The first dose of antibiotics will be commenced in ED. For children assigned to hospital ward treatment, the child will be transferred to the ward and the IV infusion continued. Children assigned to the HITH will complete their first dose in ED before going home. The management after this point will be as per usual practice. The responsible ward doctor will review and make all management decisions for patients admitted to the ward whereas the HITH registrar will review the patients on HITH. The research assistant (RA) (a paediatric registrar) will meet with the child and their parent(s) within 24 hours of consent being obtained to answer any further questions parents or participants may have about the study.
Currently, there are no guidelines on when to start IV antibiotic in cellulitis. The investigators' recommendation is provided under section 'Inclusion criteria' and this reflects consensus among RCH ED clinicians. Some patients who did not require IV antibiotics may be recruited but they will exist in both groups.
A nasal swab and stool sample will be requested at four different time points: 1) within 48 hours of the first antibiotic dose; 2) 7-14 days after starting antibiotics; 3) 3 months after starting antibiotics; and 4) 1 year after starting antibiotics. At each time point, additional information will be collected: previous overseas travel, previous hospital admissions, household member who has been admitted to hospital overseas, other antibiotic use, other infections, medical visits or hospital admissions. These samples are optional and do not affect participation in the study.
As per normal practice, patients will be switched to oral therapy after 2-4 days of IV antibiotics, when there is clinical improvement of the cellulitis. Based on the current prospective study, both HITH patients and ward patients are switched to oral antibiotics when there is a reduction in fever, swelling, erythema and improvement of function of affected area (eg. Previously limping, now walking). Once changed to oral antibiotics (as per RCH clinical practice guidelines; cephalexin 25mg/kg 6 hourly, total dose may be combined and divided to twice daily), patients are usually discharged from hospital care and normally not followed up any further in hospital. In this study, the investigators are offering all participants a follow up in clinic 7-14 days (by the RA who is a paediatric registrar) after discharge from hospital. Parents will be requested to bring a stool sample from the patient to the clinic review but this is not mandatory.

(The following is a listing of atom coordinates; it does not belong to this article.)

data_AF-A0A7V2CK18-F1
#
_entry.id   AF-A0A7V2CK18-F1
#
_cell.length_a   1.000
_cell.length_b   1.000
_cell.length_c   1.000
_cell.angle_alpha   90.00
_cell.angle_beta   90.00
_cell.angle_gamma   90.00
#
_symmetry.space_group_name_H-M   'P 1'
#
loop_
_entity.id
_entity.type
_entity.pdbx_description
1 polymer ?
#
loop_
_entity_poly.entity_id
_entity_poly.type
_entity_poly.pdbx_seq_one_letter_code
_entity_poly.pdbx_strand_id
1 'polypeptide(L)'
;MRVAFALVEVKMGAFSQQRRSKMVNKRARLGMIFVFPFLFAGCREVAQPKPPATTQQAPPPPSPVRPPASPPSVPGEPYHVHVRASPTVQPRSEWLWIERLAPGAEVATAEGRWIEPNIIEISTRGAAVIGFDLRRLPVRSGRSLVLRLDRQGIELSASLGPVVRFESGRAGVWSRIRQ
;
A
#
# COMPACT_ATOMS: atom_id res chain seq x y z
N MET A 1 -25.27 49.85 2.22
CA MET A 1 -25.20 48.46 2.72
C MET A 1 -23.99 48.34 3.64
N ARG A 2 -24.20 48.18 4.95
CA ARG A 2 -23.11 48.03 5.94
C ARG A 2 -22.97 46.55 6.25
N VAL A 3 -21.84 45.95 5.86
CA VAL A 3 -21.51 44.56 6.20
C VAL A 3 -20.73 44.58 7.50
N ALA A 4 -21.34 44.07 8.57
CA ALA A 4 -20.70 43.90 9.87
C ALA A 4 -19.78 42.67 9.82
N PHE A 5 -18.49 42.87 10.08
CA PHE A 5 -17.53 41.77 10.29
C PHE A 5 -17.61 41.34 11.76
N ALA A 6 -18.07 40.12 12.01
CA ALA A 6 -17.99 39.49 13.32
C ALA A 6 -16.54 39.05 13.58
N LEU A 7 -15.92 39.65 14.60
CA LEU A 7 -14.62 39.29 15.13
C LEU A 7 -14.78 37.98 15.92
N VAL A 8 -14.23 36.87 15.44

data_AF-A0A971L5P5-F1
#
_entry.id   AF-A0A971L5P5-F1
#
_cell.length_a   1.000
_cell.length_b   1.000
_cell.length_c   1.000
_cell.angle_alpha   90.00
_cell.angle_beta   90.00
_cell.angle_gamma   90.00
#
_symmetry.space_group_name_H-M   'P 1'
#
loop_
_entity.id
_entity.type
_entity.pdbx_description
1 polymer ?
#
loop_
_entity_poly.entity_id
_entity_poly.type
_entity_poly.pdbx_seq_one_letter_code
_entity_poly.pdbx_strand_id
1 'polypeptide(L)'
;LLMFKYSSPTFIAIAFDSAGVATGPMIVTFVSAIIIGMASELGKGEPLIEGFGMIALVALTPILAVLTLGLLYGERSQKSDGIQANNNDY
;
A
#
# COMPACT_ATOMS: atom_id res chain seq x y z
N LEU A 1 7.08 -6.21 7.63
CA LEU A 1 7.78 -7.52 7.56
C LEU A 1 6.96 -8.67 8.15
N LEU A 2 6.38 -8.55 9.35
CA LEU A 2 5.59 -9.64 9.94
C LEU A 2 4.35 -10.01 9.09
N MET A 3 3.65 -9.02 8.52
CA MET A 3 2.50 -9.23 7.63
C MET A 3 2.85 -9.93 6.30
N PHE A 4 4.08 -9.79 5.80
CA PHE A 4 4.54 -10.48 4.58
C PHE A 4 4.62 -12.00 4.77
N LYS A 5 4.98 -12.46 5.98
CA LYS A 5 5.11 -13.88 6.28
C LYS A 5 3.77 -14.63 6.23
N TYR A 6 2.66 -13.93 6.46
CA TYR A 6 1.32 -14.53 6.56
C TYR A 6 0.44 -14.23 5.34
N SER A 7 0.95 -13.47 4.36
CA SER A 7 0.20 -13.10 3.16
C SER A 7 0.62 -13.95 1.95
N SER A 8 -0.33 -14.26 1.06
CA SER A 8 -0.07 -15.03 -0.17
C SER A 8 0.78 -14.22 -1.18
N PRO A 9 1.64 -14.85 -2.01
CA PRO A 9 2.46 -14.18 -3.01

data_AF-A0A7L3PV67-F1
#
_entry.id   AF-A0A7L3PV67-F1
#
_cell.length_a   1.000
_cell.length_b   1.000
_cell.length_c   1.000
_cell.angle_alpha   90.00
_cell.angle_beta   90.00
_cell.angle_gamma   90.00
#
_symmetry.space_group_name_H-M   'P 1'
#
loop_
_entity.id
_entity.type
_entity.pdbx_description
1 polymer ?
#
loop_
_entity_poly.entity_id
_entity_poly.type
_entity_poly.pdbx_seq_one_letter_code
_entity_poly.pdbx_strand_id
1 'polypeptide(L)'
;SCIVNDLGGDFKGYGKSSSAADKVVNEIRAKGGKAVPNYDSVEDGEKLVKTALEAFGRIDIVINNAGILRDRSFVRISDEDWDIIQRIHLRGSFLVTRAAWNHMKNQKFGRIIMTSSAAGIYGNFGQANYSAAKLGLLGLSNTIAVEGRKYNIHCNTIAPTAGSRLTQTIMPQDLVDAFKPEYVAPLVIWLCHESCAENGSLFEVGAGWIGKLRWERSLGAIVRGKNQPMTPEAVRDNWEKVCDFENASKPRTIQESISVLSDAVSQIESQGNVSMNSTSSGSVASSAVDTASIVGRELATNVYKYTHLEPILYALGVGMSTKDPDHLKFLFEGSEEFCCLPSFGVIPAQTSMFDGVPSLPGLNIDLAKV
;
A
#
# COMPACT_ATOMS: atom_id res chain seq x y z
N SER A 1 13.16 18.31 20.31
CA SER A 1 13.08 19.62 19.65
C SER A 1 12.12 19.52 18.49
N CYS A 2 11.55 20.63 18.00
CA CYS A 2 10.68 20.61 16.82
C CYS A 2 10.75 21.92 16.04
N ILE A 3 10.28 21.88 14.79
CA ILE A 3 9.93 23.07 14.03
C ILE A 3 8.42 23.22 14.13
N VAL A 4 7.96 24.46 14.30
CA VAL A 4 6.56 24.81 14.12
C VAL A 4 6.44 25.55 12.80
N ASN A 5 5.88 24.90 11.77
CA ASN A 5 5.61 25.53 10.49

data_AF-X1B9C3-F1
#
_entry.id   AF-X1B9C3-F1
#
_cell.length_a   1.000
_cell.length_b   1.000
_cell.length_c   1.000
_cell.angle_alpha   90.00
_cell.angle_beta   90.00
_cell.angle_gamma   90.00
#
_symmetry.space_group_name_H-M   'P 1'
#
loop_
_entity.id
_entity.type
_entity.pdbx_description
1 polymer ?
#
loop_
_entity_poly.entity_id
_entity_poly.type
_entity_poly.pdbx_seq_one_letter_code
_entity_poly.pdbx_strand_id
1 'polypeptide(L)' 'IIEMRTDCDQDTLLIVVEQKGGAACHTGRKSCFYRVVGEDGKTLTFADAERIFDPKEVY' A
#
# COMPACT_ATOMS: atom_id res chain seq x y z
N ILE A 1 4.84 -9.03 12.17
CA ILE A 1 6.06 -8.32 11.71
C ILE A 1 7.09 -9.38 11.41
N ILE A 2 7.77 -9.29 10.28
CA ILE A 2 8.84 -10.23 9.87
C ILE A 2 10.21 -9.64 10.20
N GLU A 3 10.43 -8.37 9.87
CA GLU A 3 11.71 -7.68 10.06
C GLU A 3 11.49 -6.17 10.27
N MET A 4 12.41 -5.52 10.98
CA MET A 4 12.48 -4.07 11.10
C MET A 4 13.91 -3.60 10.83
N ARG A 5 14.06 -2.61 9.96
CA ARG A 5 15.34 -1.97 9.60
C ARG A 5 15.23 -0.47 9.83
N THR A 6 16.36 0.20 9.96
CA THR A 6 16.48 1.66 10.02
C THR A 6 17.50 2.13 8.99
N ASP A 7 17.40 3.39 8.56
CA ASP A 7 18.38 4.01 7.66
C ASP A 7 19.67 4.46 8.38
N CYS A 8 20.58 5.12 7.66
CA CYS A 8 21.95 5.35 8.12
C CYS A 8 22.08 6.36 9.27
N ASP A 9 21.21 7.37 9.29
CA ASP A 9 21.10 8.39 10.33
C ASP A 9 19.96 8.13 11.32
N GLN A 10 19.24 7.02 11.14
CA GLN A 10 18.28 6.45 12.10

|Study Type ICMJE||Interventional|
|Study Phase ICMJE||Not Applicable|
|Study Design ICMJE||Allocation: Randomized
Intervention Model: Parallel Assignment
Masking: None (Open Label)
Primary Purpose: Treatment
|Study Arms ICMJE||
* Includes publications given by the data provider as well as publications identified by ClinicalTrials.gov Identifier (NCT Number) in Medline.
|Recruitment Status ICMJE||Active, not recruiting|
|Actual Enrollment ICMJE
|Original Estimated Enrollment ICMJE
|Estimated Study Completion Date ICMJE||December 2021|
|Actual Primary Completion Date||June 2017 (Final data collection date for primary outcome measure)|
|Eligibility Criteria ICMJE||
Children will be excluded:
|Ages ICMJE||6 Months to 18 Years (Child, Adult)|
|Accepts Healthy Volunteers ICMJE||Yes|
|Contacts ICMJE||Contact information is only displayed when the study is recruiting subjects|
|Listed Location Countries ICMJE||Australia|
|Removed Location Countries|
|NCT Number ICMJE||NCT02334124|
|Other Study ID Numbers ICMJE||HREC34254E|
|Has Data Monitoring Committee||Yes|
|U.S. FDA-regulated Product||
|IPD Sharing Statement ICMJE||
|Responsible Party||Laila Ibrahim, Murdoch Childrens Research Institute|
|Study Sponsor ICMJE||Murdoch Childrens Research Institute|
|Collaborators ICMJE||Not Provided|
|PRS Account||Murdoch Childrens Research Institute|
|Verification Date||April 2021|
ICMJE Data element required by the International Committee of Medical Journal Editors and the World Health Organization ICTRP